By Grade 10, she was reading Laurence’s adult novels, the most acclaimed of which are set in the fictitious town of Manawaka (based on Laurence’s real hometown of Neepawa, Man.): The Stone Angel, A Jest of God, The Fire-Dwellers, A Bird in the House and The Diviners.

Laurence remained of special interest to Davis after she became an English major at university. She earned her PhD in English from the University of Alberta, published articles and reviews on Canadian literature, and co-authored the textbook, Essay Writing for Canadian Students, with Readings.

It was Davis’s PhD dissertation on Laurence that became the basis of her upcoming book, Margaret Laurence Writes Africa and Canada. She believes it will be the first book to examine how Laurence felt about colonization while living in Somalia and Ghana in the 1950s, and how these same sensibilities emerged in Laurence’s later writing about English Canada in 1960s and 1970s.

By focusing on Laurence’s published works, and unpublished letters, Davis hopes to draw parallels between Laurence’s uneasiness about biased attitudes expressed toward Africans and her depictions of minority and disenfranchised characters in her Canadian novels.

Laurence “felt uncomfortable at being looked upon as a colonist’s wife” while living in British Somaliland with her engineer husband, said Davis.

“She wanted to distinguish herself from the English population there. She wanted people to know she was Canadian and her beliefs were different.”

First Nations and Métis characters were sympathetically portrayed in her novels, and Davis feels Lawrence did not gloss over social problems surrounding these minority groups. For instance, the Tonnerre family of Red River Métis that Laurence links to Louis Riel in her Manawaka books suffers from a troubled history and racist community judgment, and these things contribute to the downfall of several characters.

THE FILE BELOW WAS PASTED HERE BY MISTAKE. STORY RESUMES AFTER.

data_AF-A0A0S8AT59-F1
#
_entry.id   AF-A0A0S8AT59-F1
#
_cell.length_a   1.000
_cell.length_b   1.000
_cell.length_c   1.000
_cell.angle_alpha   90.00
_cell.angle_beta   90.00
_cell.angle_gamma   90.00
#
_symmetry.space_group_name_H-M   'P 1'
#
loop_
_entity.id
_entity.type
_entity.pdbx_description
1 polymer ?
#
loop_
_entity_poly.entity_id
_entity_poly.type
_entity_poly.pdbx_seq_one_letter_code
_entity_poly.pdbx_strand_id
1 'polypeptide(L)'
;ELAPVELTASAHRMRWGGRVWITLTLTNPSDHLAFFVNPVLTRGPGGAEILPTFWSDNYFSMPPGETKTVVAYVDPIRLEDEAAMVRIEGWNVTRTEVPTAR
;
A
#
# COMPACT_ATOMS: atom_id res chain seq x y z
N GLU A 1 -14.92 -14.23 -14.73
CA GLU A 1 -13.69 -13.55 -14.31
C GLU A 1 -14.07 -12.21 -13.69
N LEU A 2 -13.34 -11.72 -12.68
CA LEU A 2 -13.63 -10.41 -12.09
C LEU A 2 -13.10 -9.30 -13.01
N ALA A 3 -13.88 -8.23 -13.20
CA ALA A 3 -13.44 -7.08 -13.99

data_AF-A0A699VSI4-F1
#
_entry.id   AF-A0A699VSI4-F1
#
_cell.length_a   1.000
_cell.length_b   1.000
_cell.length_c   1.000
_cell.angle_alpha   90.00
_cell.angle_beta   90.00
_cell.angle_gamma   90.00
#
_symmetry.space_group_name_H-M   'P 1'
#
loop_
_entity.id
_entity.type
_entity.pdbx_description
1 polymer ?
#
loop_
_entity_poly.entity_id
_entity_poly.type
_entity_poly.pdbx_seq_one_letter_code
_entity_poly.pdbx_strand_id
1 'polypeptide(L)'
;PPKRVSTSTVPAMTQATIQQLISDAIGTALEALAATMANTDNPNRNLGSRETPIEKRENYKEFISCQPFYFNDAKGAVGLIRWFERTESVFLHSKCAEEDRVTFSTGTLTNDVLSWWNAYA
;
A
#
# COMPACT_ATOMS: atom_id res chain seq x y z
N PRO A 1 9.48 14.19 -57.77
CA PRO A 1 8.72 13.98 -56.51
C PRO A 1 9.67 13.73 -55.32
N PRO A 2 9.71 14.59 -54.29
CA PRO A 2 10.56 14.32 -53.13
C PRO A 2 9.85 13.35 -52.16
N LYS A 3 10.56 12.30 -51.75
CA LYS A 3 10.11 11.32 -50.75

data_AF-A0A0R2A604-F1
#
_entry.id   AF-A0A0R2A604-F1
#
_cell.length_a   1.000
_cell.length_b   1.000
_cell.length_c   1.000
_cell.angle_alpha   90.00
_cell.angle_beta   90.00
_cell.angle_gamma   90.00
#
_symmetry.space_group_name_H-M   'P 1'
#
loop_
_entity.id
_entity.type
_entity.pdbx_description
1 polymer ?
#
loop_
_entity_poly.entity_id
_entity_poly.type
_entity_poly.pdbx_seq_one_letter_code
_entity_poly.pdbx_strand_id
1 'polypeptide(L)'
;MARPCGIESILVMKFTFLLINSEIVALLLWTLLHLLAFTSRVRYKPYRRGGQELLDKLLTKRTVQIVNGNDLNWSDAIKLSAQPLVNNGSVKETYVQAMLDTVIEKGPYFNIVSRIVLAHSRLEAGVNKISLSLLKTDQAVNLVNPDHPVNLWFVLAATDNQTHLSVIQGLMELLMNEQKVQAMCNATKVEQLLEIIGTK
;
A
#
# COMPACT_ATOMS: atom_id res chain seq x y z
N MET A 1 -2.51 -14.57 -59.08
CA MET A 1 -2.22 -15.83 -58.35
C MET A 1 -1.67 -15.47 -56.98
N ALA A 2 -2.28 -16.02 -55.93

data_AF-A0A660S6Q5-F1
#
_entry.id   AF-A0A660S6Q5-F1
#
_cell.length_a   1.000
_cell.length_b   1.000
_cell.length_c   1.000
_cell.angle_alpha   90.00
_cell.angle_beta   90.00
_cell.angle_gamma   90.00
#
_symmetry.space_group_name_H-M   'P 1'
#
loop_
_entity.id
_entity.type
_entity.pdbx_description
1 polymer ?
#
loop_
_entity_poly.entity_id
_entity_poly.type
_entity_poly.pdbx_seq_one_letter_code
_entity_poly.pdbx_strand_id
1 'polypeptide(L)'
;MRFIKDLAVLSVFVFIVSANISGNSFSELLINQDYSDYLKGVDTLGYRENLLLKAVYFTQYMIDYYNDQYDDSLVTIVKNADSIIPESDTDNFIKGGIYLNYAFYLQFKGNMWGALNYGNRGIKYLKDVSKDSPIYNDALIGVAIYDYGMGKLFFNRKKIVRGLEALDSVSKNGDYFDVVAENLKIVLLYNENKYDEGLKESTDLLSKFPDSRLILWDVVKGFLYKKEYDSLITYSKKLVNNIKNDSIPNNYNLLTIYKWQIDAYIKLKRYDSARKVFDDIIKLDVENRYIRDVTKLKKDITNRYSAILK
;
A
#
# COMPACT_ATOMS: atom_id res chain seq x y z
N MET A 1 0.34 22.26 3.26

Regardless of their ethnicity, the Canadians Laurence created in her novels are not quite members of their ancestral cultures, yet are also not truly “native” to their nation, said Davis. She hopes her Margaret Laurence Writes Africa and Canada will show how these characters struggle with ideas of “self” and “nation,” and how this holds significant implications for Canadians and this country.

By tying together Laurence’s African and Canadian writings, Davis hopes to highlight how the author helped conceptualize Canadian culture as a mosaic that’s in constant flux.

In the end, Laurence was a product of her time. Davis noted her popularity as a CanLit author rose during the Pierre Trudeau years, when the former prime minister was also seeking to create a multicultural nation.

But “there was so much more to her than met the eye,” said Davis, who discovered some new facets through joint research with Morra on a second book that will examine Laurence’s correspondence with her longtime publisher Jack McClelland.

Some 400 letters written between 1959 and 1986 were pulled from Laurence’s literary archives at York and McMaster universities for this project (which doesn’t yet have a publication date). Davis is excited because some of the letters have never been published or even critically examined.

Through this correspondence, Laurence reveals concerns about nuclear weapons, her hopes for women’s rights, and finding sources of sustainable energy. The biggest surprise is her humour, said Davis. “She was really funny and it’s the kind of humour that doesn’t come out the same way in her books.”